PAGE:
Canada: Ann Hansen’s Statement on Her Recent Arrest, Imprisonment and Release

Originally posted to the Media Co-op

Ann Hansen is a former member of Direct Action, an underground anarchist group active in the 1980s, who presently lives as a writer, farmer and public speaker in the Kingston area. On August 3, 2012, Ann was arrested and had her parole suspended for ‘unauthorized associations and political activity’ in the context of growing anti-prison organizing in Kingston, Canada’s prison capital. Ann, with the advice of her lawyer, chose to not publicize her arrest until after her parole hearing. On October 30, the Parole Board canceled her parole suspension and released her on stricter conditions. This is her first public statement regarding her arrest and imprisonment.

On August 3, I was at my home near Kingston, Ontario, sitting in a lawn chair after supper when out of the corner of my eye I saw a line of black SUVs speeding towards our driveway. With a sinking feeling, I realized one of my reoccurring fears as a parolee was becoming a reality. Four SUVs turned into our driveway, slammed on their brakes and out hopped about six to eight cops from the Ontario Provincial Police dressed in full Darth Vader gear with a couple of them brandishing automatic weapons for full dramatic effect. As I struggled to stay calm, I noticed the acronym ROPE (Re-Offenders and Parole Enforcement Squad) in bright yellow blazoned across their bullet proof vests.

They parked askew all over the driveway, and while a couple of them with their fully automatic rifles took positions at the top of our property, the rest walked rapidly up to where I was and handcuffed me without saying a word. I asked the one female cop what this was all about and she said my parole was being suspended.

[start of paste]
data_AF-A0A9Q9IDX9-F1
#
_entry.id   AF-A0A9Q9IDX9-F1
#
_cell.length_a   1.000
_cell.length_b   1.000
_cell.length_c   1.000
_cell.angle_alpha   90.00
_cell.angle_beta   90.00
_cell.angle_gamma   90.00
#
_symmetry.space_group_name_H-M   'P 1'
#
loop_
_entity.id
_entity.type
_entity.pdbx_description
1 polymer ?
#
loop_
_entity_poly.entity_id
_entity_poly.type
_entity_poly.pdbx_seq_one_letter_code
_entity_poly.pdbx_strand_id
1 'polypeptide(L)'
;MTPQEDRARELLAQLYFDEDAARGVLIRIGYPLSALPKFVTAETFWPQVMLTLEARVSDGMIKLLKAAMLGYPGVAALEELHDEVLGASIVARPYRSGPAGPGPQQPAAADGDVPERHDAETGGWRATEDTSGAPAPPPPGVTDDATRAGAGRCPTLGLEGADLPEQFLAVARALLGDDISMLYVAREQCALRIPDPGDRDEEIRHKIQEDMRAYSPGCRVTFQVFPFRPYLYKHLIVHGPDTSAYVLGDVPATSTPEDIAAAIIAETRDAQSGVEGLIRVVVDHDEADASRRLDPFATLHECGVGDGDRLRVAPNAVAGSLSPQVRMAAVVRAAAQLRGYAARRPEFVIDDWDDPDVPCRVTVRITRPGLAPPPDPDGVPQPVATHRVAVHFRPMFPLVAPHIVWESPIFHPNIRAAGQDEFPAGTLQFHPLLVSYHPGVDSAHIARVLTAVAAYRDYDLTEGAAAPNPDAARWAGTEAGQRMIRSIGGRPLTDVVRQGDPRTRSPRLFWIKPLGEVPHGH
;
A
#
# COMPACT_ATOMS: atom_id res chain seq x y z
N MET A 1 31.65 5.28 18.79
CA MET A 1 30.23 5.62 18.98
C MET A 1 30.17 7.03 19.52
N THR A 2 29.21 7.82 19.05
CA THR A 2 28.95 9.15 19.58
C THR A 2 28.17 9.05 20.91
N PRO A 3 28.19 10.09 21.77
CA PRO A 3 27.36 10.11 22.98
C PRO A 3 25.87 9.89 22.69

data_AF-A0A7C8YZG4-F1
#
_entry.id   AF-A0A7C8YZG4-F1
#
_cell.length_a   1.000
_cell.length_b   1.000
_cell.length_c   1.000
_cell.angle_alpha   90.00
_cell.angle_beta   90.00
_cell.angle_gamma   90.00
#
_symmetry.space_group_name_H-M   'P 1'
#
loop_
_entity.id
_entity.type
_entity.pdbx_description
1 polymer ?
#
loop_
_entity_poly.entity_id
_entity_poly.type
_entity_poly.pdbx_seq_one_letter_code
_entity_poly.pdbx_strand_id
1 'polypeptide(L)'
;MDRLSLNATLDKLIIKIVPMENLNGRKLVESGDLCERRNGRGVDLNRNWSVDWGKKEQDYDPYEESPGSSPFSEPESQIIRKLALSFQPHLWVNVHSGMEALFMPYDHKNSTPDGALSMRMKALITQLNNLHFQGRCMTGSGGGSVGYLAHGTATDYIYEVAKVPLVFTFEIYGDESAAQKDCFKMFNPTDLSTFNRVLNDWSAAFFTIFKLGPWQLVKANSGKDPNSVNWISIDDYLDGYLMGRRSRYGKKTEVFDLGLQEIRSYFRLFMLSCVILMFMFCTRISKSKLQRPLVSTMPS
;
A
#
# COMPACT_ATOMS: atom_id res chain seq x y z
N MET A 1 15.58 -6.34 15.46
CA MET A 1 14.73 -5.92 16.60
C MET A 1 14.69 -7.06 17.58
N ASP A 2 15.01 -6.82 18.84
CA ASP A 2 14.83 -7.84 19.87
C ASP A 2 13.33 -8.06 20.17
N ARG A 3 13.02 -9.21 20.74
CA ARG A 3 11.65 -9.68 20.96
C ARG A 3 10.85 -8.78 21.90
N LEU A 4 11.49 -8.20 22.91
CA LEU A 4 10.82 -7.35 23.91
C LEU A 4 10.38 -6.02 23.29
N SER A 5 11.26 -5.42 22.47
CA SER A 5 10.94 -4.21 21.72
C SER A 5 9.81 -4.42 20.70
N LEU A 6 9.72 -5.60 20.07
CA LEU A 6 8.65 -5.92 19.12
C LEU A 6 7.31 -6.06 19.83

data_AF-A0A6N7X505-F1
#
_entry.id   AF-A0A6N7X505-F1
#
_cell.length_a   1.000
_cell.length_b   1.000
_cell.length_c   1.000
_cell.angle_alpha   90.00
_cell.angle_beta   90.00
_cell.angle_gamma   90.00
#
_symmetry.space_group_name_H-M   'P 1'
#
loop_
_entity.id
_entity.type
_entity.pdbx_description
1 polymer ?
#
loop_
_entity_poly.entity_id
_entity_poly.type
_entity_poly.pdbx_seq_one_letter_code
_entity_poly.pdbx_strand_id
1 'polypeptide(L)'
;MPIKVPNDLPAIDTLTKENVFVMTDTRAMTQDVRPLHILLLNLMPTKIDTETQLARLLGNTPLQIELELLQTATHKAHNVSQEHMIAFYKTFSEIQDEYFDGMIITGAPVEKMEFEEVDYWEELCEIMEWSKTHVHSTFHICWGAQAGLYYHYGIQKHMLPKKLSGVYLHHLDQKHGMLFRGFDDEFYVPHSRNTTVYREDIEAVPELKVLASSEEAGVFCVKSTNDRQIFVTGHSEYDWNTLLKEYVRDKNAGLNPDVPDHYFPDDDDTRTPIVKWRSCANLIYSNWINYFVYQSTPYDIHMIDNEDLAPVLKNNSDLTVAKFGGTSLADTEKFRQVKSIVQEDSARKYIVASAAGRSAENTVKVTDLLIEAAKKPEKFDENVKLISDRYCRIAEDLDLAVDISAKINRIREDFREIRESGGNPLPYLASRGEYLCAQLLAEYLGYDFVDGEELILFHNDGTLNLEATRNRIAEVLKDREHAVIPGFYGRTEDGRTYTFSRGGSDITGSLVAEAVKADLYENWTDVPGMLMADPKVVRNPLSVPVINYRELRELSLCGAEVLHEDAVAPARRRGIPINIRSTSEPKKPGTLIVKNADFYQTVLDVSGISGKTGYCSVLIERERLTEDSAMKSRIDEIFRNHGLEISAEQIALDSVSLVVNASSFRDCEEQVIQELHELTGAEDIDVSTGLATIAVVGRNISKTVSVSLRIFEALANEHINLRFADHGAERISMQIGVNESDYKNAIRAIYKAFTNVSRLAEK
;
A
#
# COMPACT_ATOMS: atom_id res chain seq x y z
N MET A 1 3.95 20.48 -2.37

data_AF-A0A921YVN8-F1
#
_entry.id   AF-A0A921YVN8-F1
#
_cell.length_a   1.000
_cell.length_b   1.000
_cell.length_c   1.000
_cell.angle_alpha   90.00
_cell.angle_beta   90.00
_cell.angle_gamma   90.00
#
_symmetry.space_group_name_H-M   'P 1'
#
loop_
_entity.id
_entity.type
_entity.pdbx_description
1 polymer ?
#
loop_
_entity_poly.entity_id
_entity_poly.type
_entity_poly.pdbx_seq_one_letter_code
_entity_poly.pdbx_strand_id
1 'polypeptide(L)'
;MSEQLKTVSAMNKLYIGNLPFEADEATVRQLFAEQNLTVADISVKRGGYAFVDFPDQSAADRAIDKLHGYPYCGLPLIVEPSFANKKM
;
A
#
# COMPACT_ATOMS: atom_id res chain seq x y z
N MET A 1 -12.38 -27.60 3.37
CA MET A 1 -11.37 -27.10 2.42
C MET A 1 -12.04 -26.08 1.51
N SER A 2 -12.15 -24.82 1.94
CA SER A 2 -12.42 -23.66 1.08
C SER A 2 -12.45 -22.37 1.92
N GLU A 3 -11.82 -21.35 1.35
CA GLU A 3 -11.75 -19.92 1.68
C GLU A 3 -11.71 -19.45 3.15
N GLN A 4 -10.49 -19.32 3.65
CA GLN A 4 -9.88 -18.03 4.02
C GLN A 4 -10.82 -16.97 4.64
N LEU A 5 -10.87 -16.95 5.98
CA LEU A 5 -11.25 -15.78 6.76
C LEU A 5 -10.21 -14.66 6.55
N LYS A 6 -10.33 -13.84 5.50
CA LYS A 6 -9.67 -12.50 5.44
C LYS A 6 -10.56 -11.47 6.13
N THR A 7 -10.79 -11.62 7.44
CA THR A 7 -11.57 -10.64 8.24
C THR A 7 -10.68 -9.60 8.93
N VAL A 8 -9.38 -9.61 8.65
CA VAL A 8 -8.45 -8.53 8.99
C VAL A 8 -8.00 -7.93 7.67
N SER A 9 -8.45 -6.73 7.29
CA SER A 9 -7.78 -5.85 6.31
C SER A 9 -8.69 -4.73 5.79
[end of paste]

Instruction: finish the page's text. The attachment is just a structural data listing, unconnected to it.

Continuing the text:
I spent a few days at the local remand center, Quinte Detention Centre, before a new parole officer (my regular parole officer was suddenly replaced) and a Security Intelligence Officer (SIO) from Correctional Service Canada (CSC) came to see me for a post suspension interview. They spent an hour and a half interrogating me and trying to intimidate me into giving them the names of anyone involved in EPIC (End the Prison Industrial Complex) or any other anti-prison activists, as well as information about any possible “bombings and arsons” which the SIO warned me I would be responsible for “if it all went sideways.” Needless to say, they were not satisfied when I told them I didn’t have names for them. The interview would have made a hilarious Monty Python script with the SIO comparing me at times to Ghandi and then in the next breath to James Holmes, the “joker” who killed twelve people during the Batman film in Colorado. The outcome of the interview wasn’t quite so hilarious.
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